German football faces a dramatic cultural shift if supporters are allowed back to stadiums next season, with away fans, standing and alcoholic drinks all set to be curbed.
Elite clubs joined a key German Football League (DFL) meeting on Wednesday (AEST) where a set of strict rules were put in place to ensure uniformity in how the coronavirus crisis is handled.
Bundesliga clubs would be ready to welcome back fans if public health authorities consider it a safe step to take, having played out the final weeks of the 2019-20 season behind closed doors.
In a statement, the league said it shared the view of clubs that away fans "make up an important part of German football culture that must be preserved".
Yet under the circumstances clubs from the Bundesliga and 2. Bundesliga agreed they will not sell tickets to supporters of visiting teams until the end of the year.
The DFL said clubs had also agreed "on a voluntary basis" to forbid standing at games, for the purpose of making it "easier to monitor compliance with distance and hygiene standards in the stadiums".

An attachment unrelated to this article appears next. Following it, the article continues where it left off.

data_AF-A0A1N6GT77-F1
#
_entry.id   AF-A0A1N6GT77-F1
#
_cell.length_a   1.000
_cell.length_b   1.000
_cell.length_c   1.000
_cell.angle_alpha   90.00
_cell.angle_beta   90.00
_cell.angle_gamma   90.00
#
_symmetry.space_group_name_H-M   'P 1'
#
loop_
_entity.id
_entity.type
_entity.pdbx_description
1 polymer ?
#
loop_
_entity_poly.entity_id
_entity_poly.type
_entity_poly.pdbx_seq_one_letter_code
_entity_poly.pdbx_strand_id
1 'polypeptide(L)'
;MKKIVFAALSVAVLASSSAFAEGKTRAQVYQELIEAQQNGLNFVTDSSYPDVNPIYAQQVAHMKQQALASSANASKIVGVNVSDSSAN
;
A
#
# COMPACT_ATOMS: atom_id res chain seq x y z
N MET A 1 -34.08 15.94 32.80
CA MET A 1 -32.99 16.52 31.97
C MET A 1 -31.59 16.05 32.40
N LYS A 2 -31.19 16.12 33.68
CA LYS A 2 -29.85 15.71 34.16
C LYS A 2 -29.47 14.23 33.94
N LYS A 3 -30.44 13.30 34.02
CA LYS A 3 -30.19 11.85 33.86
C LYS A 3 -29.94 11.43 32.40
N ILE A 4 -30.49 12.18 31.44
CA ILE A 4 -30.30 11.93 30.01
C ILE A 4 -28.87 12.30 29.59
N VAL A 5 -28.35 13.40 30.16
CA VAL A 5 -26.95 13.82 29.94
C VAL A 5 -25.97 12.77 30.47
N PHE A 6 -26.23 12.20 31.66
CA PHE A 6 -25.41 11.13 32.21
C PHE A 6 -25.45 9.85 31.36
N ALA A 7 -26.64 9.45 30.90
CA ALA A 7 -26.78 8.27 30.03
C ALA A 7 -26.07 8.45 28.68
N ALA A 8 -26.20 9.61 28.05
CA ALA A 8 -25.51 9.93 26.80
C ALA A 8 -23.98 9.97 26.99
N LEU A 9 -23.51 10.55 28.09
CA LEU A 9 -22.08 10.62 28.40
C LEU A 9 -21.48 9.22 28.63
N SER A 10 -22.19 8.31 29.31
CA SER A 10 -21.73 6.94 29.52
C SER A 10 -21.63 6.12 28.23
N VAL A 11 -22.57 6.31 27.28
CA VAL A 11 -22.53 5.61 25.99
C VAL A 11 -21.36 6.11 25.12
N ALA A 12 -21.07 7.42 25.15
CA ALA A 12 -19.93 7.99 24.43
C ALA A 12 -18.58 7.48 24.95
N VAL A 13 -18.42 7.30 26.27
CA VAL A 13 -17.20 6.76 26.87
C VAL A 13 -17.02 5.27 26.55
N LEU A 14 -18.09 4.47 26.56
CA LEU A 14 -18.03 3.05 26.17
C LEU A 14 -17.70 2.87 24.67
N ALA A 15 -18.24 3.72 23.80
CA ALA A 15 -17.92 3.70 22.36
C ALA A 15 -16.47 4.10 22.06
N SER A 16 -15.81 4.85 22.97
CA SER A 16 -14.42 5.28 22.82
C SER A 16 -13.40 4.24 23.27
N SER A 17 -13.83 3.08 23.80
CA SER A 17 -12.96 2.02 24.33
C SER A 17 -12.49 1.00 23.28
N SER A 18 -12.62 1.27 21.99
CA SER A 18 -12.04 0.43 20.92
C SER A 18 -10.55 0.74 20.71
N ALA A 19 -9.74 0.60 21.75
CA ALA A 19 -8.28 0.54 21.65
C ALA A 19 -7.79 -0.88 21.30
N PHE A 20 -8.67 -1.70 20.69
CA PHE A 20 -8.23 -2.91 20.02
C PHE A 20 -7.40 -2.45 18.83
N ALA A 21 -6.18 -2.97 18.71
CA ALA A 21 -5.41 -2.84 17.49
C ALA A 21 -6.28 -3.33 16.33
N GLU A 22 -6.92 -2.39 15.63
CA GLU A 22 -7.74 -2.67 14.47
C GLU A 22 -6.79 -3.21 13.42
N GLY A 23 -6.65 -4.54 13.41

That was another reluctant move on the part of the league, which stressed: "Completely unaffected by today's decisions is the fundamental commitment of the DFL and its clubs to preserve standing room in the sense of football and fan culture in Germany."
Drinking beer at a game is also popular in Germany, but it will be off the menu until at least October 31, the DFL said. Clubs have agreed not to apply to their local authorities for licences to sell alcohol until that date.
Fixtures for the new season, which begins on September 18, are set to be released on Friday.
Clubs have been told they must show they are ready to play a key role in contact tracing, which will mean tickets are personalised in the new season to show who is watching the game and from what precise area of the stadium.
"The professional clubs have undertaken to ensure in their games that in the event of infection the identity and contact details of possible and eventual affected stadium visitors can be determined," read a DFL statement.
"This is based on the consideration that the local health authorities can only interrupt existing infection chains early and effectively if they can quickly identify and contact the relevant people.
"The precise arrangement of the regulation initially agreed for this calendar year remains the responsibility of the individual clubs, which have to include concrete measures in their location-specific plans."